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USA Require Sale of the Gay Dating App Grindr
(Blogmensgo, gay blog of April 6, 2019) The US Foreign Investment Commission (CFIUS) requires the Chinese owner of Grindr to sell the gay dating app because Beijing could start blackmailing Grindr users. Another reason is that Grindr's security may be inadequate, especially when used by U.S. government personnel.
Washington's provisional injunction
Washington claims that Chinese Grindr users are at the mercy of the Beijing government, which could instruct the app operator to disclose personal, confidential or even intimate information about them: User ID, sexual orientation and preference, HIV status, compromising photos, etc. All this could be used by the Chinese central government to blackmail users into revealing their homosexuality.
You’ll find the right guy on Grindr… (screenshot)
The second reason put forward by the US is that Grindr, particularly through its geolocalization system, could be used to identify or locate government personnel. In other words, Grindr poses a risk to American national security.
Is the Trump government now gay-friendly?
Why does the US government force a Chinese company to sell its dating app? Because Grindr was not always owned by China: The app was founded in California in 2009 and only acquired by the Chinese online gaming specialist Beijing Kunlun Tech in 2018, after they had previously acquired 60% of the shares. The Chinese investor has probably paid almost 250 million dollars for the gay dating app, which has been a huge success worldwide – except in China itself.
In fact, most users are located in the USA, although their exact number is not known. Therefore, the American government is less concerned about the protection of Chinese but rather American gays, of course – in particular about the confidentiality of information on Americans employed by government agencies.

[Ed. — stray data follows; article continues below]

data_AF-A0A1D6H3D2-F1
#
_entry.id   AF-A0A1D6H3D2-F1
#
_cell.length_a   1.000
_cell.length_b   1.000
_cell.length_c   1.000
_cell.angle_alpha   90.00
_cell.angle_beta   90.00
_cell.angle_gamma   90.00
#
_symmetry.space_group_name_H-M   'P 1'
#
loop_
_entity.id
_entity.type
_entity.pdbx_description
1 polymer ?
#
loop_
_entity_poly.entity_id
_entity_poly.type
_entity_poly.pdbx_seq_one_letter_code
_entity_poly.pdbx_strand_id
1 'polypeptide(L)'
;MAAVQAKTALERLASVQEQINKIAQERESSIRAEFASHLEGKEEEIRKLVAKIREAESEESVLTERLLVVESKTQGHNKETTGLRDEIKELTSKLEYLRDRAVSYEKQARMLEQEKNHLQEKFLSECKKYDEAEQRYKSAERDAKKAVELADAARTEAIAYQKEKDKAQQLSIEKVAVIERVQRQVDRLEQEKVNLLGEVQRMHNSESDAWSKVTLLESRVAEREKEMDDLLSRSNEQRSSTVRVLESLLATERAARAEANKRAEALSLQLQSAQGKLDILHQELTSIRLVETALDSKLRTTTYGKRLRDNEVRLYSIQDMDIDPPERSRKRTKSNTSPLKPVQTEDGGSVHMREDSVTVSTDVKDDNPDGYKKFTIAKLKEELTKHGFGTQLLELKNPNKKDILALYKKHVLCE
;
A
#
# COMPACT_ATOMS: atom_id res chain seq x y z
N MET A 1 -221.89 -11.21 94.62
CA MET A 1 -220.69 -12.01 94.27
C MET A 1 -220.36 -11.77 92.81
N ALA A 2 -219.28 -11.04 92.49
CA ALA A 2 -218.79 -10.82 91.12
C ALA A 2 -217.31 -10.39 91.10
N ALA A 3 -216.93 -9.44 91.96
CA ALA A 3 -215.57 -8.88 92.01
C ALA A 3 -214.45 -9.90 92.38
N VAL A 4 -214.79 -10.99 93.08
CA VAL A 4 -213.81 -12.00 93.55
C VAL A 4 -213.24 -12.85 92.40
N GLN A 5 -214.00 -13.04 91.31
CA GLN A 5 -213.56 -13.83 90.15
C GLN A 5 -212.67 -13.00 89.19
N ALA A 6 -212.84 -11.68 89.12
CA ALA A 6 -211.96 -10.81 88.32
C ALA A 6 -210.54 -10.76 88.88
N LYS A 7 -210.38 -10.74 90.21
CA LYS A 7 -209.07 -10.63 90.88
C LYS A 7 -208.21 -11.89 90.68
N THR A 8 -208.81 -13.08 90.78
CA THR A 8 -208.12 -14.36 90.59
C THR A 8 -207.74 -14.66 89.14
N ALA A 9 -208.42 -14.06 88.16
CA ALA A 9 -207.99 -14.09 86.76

Kunlun is probably currently looking for a buyer for Grindr to avoid American sanctions, because these are synonymous with high depreciation. The IPO planned in recent months no longer appears to be relevant, at least for the time being.
Fear of data leakage
This is not the first time that Grindr has been criticized for allegedly poor protection of its members’ data. According to Wikipedia, in April 2018 Grindr had given third parties access to personal information that could include HIV status.
Are the personal data collected on Grindr still insufficiently protected today? In its privacy notice, Grindr gives a funny answer:
While the Grindr App permits you to make certain items (e.g., Profile Information, preferences, opinions of other users, or other information) non-public, sophisticated users who use the Grindr App in an unauthorized manner may nevertheless be able to obtain this information and may be able to determine your identity.
In other words: Your personal data is safe here – theoretically.
Such a mishap recently occurred with another China-funded LGBT dating app. From June 2018 to 2019, Rela, an app for lesbians and queer women, stored the personal data and profiles of 5.3 million female users in a non-password-protected server. Anyone could access the server and then view each member’s nickname, date of birth, measurements, sexual preferences, interests and status updates.
Grindr, an (expensive) app without guarantees from the Chinese government. (Screenshot)
Although homosexuality has been legal in China since 1997, gays and lesbians are still stigmatized in China because there is no LGBT anti-discrimination law.
The United States does not make any demands for similar apps like Rela or Blued, because unlike Grindr, they are almost exclusively used in China.